Total

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Marking Worksheet June 2002 CMA Entrance Examination Part 2 Northern Region Support Centre

STRATEGIC THINKING
1. Elements of the Strategic Planning Process:
A B C D E mission/vision/mandate situation analysis (e.g., SWOT, financial assessment, ...) strategic alternatives addressed make clear recommendations re strategic direction implementation plan (operational actions/recommendations, timeline, who, what, when)

S/A/W*

Ranking

/10

2. Systematic use of the Strategic Planning Process (A B C D E )

/10 /10

ANALYSIS
3. Breadth:
strategic issues business issues recommendations on business issues strategic issues business issues quantitative analysis

4.

Depth:

/10

INTEGRATION
5. Fit of alternatives to situation analysis 6. Linkages between issues/alternatives and other issues/alternatives

7. JUDGMENT
(a) Issues - consider relative emphasis of the following:
strategic vs. business issues major vs. minor business issues

/10 /10 /10

(b) Analysis - consider the following criteria:


balance of pros & cons; overcoming cons balance of quantitative vs. qualitative quality of quantitative quality of qualitative information from the case understood and used

(c) Conclusions/recommendations:

logical? consistent? convincing? feasible? cash flow issue resolved?

8. WRITTEN COMMUNICATION
(a) Format:
layout (table of contents, executive summary, introduction, analysis, conclusions/recommendations, exhibits) organization (headings, lists, tables) professional tone, tact grammar, spelling, sentence structure, punctuation clear and concise expression, logical and coherent, flow, audit trail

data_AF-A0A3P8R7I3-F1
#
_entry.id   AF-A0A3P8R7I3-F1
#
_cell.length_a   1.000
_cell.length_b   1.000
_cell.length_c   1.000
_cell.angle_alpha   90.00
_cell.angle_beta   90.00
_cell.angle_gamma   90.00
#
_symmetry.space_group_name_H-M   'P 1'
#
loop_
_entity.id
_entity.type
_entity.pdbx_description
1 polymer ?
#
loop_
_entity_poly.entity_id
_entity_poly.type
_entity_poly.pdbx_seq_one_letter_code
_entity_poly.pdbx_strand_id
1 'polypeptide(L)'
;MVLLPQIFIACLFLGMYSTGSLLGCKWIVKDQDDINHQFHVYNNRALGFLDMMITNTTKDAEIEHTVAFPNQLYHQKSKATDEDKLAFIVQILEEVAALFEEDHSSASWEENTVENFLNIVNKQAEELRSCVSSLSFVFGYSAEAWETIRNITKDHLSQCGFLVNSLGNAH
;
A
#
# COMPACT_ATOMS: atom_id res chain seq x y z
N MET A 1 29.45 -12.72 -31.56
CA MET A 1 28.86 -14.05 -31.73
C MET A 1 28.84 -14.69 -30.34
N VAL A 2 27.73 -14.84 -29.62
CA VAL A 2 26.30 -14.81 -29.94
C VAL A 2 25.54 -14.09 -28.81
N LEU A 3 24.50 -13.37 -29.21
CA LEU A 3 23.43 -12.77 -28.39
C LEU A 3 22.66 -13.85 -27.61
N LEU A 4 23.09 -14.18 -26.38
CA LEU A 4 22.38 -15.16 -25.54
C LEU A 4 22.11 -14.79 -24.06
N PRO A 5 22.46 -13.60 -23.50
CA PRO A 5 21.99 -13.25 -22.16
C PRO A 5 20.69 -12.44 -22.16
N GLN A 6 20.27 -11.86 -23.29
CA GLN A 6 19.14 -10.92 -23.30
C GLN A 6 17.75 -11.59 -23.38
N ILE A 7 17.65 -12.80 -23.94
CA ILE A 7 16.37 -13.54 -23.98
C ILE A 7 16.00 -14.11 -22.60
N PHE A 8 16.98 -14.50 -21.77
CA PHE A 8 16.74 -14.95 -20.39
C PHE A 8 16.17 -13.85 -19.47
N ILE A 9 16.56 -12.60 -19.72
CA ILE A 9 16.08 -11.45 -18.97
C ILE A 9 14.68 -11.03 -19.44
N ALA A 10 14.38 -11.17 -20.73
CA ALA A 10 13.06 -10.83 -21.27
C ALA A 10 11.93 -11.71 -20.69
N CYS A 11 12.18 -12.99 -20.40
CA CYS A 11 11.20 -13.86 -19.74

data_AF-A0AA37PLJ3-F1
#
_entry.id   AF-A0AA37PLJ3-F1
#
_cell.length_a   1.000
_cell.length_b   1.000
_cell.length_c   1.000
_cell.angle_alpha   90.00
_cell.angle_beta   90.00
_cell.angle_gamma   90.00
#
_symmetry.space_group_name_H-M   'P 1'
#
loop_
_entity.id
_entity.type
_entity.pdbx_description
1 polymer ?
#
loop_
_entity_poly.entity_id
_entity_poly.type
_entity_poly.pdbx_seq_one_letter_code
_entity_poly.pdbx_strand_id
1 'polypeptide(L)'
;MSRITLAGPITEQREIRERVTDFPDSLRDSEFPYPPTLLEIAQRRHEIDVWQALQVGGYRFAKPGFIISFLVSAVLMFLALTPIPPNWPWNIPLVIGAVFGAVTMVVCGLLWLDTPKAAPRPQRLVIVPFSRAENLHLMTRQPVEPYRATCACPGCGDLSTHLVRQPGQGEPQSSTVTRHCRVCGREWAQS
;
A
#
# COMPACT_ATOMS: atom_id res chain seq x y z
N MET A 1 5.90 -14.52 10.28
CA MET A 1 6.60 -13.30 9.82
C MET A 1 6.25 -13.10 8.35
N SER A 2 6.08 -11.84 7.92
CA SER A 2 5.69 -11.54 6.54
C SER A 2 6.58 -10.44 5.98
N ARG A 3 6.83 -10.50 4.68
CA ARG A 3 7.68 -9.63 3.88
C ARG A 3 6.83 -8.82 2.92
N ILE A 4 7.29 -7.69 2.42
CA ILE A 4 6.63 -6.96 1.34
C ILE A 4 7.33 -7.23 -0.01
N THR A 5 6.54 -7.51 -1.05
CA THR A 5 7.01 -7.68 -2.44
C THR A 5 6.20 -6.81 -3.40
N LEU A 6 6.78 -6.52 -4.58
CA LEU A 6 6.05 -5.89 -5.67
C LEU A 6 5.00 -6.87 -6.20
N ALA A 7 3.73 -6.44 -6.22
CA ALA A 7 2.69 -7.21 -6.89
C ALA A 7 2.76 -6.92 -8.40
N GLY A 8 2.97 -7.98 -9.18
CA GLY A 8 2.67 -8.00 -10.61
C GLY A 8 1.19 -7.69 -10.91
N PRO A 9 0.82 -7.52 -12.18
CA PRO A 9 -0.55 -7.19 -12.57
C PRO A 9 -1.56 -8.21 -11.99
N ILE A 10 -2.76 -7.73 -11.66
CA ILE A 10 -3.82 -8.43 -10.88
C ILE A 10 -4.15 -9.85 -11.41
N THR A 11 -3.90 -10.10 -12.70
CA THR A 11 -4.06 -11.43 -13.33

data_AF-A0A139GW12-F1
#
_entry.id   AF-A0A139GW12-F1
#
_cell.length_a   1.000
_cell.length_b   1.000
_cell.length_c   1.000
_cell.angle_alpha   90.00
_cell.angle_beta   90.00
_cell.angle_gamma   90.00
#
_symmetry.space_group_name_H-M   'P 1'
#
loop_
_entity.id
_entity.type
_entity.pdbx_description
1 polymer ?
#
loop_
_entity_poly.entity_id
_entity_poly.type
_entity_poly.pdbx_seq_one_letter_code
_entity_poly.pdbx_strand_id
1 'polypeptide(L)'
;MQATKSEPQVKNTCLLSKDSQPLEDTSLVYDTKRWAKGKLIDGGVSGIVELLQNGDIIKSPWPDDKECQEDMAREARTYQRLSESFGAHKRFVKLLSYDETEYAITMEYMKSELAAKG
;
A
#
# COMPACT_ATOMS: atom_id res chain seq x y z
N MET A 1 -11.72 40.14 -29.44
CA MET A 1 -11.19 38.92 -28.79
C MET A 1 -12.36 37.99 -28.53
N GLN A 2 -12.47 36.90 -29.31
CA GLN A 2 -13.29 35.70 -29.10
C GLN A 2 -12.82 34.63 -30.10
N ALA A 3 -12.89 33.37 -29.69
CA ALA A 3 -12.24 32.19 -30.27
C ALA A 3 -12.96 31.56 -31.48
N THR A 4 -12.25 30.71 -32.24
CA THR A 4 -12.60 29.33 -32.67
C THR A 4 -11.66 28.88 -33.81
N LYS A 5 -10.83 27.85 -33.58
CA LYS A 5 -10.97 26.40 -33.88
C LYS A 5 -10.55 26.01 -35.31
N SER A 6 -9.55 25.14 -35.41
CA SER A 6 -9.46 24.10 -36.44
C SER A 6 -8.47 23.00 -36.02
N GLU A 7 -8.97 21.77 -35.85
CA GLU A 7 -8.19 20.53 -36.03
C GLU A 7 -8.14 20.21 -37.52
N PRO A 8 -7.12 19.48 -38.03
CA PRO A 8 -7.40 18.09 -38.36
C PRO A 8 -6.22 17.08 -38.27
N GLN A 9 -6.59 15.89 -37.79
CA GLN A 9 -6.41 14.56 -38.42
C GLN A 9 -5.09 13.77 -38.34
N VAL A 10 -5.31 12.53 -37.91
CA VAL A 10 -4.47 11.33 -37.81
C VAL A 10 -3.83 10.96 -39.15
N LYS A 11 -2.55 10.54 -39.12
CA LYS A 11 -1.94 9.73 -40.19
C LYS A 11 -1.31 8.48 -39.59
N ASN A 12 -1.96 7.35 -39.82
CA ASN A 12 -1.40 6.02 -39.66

/10

(b) Language and style:

*Note: S = Strong; A = Acceptable; W = Weak

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Marking Guide June 2002 CMA Entrance Examination Part 2 Northern Region Support Centre Overview
The June 2002 CMA Entrance Examination Part 2 is a case that is evaluated using global marking techniques. While technical competencies knowledge are evaluated extensively in the Part 1 examination, Part 2 focuses on the following skills: Strategic thinking Analysis Integrative capabilities Judgment Written communication

Strategic thinking focuses on the candidates understanding and use of the strategic planning process. Analysis focuses on the candidates ability to identify and analyze strategic and business issues to an appropriate level of depth and breadth. The quality of the strategic analysis is captured under integrative thinking and judgment. Written communication assesses the ability of the candidate to make effective use of format and language in the report. The following sections of this document describe the approach that should be taken to evaluate each of these skill areas using global marking. The objective is to ensure that all candidates are evaluated consistently in each area.

STRATEGIC THINKING
This section pertains to the candidates understanding of the strategic planning process, knowledge of a strategic planning method, and ability to apply the methodology in a systematic way to arrive at an integrated strategic plan. It focuses on the integrity and consistency of the logic from one step to another in the strategic planning process. Strategic thinking is evaluated from two different perspectives: (a) Elements of the strategic planning process (BOX 1). This sub-section evaluates the candidates understanding of the elements of the strategic planning process as a tool to solve a business problem (see table below).